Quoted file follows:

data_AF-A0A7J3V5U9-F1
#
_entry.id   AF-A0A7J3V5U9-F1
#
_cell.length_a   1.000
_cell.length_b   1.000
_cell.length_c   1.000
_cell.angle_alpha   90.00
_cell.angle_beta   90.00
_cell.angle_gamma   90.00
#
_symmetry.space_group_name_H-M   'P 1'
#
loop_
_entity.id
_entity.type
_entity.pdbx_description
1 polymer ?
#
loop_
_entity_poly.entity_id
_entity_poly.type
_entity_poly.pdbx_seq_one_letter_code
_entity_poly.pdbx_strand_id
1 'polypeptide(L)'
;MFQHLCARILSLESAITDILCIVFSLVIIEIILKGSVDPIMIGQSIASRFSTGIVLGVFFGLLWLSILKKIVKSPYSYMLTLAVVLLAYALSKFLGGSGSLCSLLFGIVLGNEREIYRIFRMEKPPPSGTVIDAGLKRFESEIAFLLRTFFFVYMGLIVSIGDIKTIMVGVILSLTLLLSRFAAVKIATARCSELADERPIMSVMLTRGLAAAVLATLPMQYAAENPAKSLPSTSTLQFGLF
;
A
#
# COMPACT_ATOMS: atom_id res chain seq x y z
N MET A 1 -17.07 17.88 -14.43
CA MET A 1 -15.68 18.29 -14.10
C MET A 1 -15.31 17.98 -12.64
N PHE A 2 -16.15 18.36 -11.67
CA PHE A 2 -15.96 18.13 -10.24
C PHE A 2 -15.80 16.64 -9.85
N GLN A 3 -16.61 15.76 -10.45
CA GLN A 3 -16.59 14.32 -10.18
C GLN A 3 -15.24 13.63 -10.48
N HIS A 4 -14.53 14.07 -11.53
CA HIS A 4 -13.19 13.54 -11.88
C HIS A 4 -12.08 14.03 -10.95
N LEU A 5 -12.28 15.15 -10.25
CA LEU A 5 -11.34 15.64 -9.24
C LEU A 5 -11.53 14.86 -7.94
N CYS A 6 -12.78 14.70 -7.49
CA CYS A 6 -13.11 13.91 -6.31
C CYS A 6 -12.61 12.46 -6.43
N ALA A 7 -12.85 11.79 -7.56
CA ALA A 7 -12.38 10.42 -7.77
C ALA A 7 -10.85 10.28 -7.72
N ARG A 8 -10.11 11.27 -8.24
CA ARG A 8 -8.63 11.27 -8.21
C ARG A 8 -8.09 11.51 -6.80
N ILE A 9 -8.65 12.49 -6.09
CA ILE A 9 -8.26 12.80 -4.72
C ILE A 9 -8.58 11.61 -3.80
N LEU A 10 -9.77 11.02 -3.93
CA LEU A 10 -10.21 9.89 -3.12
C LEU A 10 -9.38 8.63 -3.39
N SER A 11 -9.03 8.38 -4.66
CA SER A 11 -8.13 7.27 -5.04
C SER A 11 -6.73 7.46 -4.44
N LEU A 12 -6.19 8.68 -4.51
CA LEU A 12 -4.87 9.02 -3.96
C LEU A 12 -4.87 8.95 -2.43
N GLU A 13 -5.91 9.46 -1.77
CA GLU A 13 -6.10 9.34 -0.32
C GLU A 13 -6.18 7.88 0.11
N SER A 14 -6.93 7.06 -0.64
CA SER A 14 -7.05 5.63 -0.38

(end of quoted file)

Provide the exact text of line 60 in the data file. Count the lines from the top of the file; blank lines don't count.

C LEU A 10 -9.38 8.63 -3.39